Casino junket operator gives new leads in Bangladesh bank heist

Chrisee Dela Paz

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Casino junket operator gives new leads in Bangladesh bank heist

Alecs Ongcal

More leads surface as key witness Kim Wong faces the Senate, steering authorities to the location of the stolen money and two alleged main players in the money-laundering case

MANILA, Philippines – As the Senate held its third hearing into the country’s biggest recorded money-laundering case, a casino junket agent gave new leads in the trail of the stolen Bangladesh Bank funds.

In his first appearance before the Senate blue ribbon committee on Tuesday, March 29, Kam Sin “Kim” Wong named two Chinese casino junket operators allegedly involved in the laundering of $81 million stolen from the Bangladesh Bank’s account with the Federal Reserve Bank of New York.

Wong, who vehemently denied knowledge of the money-laundering scheme, also helped trace some $7.04-million cash left from the $81 million stolen money. (READ: $951M stolen money would have gone to RCBC)

Chinese junket operators

Wong told the Senate panel that Ding Zhize and Gao Shuhua faciliated the entry of the laundered money into Philippine casinos

Gao, who Wong had known for about 8 years, had a P450-million debt to Wong after losing money in casinos in 2014, he said.

Wong added that he knew Ding through Gao who, he said, had “promised” him that he would bring in more casino players in the Philippines. 

“Two foreigners brought the $81 million in the country. One of them has been in and out of the country and is a popular junket agent and high roller. I will write their names and put it in a sealed envelope, with a copy of their passport and will submit it to the committee,” Wong told the Senate panel in Filipino.

CCTV SCREENSHOTS. Senator Sergio Osmeña III browsing through evidences handed out by Wong. Photo by Alecs Ongcal/Rappler

Wong recalled that on February 5, he received a phone call from sacked Rizal Commercial Banking Corporation (RCBC) branch manager Maia Santos-Deguito, informing him that there would be a huge amount of funds that would enter the junket operators’ accounts. (READ: RCBC money-laundering scam mirrors sins of the past)

He said he advised Deguito to send the money to Solaire Resort and Casino in “cold cash.”

Also within the day, Wong said PhilRem Service Corporation president Salud Bautista personally delivered P80 million in cash, while Deguito brought in about P20 million.

“The first delivery of P90 million was delivered to Weikang Xu who we met at the casino,” Bautista testified at the Senate hearing.

From February 5 to February 13, the alleged stolen funds from Bangladesh Bank were transferred to PhilRem, Bautista said.

PhilRem then converted part of the $81 million into pesos and delivered the money in cash tranches to registered casino junket operator Xu, Eastern Hawaii Leisure Company Limited, and Bloomberry Hotels Incorporated (Solaire).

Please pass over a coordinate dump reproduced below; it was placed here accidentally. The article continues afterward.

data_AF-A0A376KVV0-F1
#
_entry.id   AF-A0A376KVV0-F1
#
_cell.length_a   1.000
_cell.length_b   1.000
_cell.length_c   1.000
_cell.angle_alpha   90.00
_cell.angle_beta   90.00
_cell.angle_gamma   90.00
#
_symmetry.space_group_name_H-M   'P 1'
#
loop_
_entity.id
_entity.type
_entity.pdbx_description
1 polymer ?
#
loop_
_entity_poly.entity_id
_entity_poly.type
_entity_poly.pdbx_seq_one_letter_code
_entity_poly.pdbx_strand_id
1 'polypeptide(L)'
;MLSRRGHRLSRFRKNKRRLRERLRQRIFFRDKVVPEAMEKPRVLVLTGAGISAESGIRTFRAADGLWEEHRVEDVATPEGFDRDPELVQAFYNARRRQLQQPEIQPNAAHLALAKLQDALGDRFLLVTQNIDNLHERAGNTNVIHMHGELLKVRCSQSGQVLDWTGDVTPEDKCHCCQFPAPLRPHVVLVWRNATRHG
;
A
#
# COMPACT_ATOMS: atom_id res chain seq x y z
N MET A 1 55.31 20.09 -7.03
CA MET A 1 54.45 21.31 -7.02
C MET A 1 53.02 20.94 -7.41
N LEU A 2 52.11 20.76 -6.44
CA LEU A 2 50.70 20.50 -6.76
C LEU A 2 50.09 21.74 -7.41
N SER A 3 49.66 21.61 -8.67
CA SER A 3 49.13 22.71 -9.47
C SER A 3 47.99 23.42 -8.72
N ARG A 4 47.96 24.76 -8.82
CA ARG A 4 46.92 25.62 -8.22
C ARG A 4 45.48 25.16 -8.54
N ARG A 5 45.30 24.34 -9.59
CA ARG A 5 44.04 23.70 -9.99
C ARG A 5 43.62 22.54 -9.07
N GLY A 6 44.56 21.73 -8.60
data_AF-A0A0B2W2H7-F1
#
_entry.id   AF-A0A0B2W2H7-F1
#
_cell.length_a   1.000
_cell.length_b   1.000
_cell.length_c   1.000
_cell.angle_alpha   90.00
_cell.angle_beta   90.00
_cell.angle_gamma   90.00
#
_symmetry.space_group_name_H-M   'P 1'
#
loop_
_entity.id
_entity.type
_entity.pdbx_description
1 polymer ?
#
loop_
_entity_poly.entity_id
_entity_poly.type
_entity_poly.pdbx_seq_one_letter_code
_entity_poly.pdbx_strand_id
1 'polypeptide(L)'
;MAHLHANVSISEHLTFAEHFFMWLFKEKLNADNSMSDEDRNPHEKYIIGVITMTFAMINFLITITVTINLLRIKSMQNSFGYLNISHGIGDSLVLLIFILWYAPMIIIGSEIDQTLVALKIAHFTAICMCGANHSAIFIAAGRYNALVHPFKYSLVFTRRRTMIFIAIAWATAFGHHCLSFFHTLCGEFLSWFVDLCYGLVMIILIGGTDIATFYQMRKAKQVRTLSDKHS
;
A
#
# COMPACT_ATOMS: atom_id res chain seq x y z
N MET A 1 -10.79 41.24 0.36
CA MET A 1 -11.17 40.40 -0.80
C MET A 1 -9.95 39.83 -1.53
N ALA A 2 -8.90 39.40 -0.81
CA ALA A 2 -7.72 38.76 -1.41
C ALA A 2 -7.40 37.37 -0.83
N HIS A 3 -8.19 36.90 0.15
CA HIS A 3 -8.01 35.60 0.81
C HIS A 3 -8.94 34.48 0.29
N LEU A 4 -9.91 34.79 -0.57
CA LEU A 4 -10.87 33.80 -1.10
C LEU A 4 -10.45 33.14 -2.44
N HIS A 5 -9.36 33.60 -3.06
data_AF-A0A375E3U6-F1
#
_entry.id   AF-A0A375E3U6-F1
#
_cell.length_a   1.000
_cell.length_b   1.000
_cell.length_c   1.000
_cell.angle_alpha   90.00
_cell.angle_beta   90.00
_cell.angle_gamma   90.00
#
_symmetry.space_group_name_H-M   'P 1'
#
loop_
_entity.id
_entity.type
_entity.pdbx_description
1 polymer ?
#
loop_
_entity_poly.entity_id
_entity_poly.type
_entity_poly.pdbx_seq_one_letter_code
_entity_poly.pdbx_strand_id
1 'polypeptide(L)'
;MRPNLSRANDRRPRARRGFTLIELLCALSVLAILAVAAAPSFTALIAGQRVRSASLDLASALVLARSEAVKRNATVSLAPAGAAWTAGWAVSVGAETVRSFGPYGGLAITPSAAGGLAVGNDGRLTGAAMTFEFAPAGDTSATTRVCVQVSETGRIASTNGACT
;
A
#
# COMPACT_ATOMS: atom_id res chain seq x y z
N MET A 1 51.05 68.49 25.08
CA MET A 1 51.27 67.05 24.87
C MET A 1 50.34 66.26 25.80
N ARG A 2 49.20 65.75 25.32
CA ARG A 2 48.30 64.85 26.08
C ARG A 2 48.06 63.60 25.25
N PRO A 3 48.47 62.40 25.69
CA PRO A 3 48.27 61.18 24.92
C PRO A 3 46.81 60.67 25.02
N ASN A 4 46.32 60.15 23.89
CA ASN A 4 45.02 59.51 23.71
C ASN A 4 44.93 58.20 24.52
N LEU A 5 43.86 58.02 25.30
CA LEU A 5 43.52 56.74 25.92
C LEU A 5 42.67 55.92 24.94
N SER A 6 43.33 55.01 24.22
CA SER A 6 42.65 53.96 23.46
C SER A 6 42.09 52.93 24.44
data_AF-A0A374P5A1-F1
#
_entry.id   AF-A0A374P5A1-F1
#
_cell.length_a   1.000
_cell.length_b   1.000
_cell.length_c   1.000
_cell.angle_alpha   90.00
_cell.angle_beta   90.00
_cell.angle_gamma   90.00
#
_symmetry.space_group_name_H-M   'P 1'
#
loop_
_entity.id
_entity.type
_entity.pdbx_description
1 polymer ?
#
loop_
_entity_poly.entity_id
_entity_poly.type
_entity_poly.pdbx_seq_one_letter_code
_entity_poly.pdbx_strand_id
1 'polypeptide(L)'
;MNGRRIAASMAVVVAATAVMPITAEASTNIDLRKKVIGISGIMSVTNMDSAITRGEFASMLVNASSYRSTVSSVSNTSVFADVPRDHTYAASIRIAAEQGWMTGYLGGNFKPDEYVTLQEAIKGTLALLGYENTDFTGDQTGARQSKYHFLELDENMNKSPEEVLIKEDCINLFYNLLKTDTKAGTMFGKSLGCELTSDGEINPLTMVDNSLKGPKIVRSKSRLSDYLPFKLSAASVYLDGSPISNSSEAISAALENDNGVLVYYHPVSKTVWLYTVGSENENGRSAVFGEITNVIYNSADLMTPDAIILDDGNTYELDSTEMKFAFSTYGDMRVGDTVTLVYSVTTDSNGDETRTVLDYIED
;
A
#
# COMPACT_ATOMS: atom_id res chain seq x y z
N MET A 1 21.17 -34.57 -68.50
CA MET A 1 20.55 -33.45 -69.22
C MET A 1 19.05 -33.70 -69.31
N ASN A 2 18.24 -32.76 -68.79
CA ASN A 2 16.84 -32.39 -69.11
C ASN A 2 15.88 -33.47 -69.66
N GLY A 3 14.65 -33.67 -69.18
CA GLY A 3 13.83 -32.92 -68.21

HE SAID, SHE SAID. PhilRem's Bautista says all $81 million had been delivered to Weikang Xu. Photo by Alecs Ongcal/Rappler

Of the $81-million stolen funds, Wong said about $63 million went to Solaire and Midas casinos; the remaining $17 million is still with PhilRem. Bautista, however, denied this, saying the firm delivered “everything to Weikang Xu.”

Solaire, Wong to return some funds

Silverio Benny Tan, the legal chief of Solaire operator Bloomberry Resorts Corporation, confirmed during the hearing that some P1.36 billion went through Solaire’s gaming tables, a bulk of which were consolidated into the account of “a big-ticket foreign junket operator” through instructions of Ding.

On March 10, Tan said Solaire froze Ding’s accounts, yielding a total of P108.696 million or $2.34 million. 

“We are waiting for a proper court order on how to dispose of it,” Tan told the Senate.

Acting as agent for Midas Hotel and Casino, Wong also confirmed that his company, Eastern Hawaii Leisure Company Limited, got hold of P1 billion or $21.575 million of the stolen funds. 

Of the P1 billion, Wong took P450 million as Gao’s debt payment, while P550 million went through the gaming tables. He said P510 million of that amount was lost to Midas.

During the hearing, Wong said he is willing turn over some $4.63 million left under the junket operations.

FROZEN ACCOUNTS. AMLC's Julia Bacay-Abad says authorities were able to freeze some $68,000 left with the fictitious RCBC accounts. Photo by Alecs Ongcal/Rappler

Meanwhile, Anti-Money Laundering Council (AMLC) Executive Director Julia Bacay-Abad told the Senate panel that AMLC was also able to freeze some $68,000 left with the fictitious RCBC accounts, where the funds were deposited before entering the casinos.

All these frozen funds totaled to $7.038 million – less than a tenth of the $81-million stolen funds.

For his part, Bangladesh Ambassador to the Philippines John Gomes believes that the probe into the heist is “going [in] the right direction.”

“We are actually very optimistic with the way the hearing is going on,” Gomes told reporters after the hearing.

Senator Teofisto “TG” Guingona III, Senate blue ribbon committee chair, said during the hearing that a total of $951 million stolen money from Bangladesh Bank’s account would have all gone to RCBC, had it not been for the due diligence of the Federal Reserve Bank of New York. –

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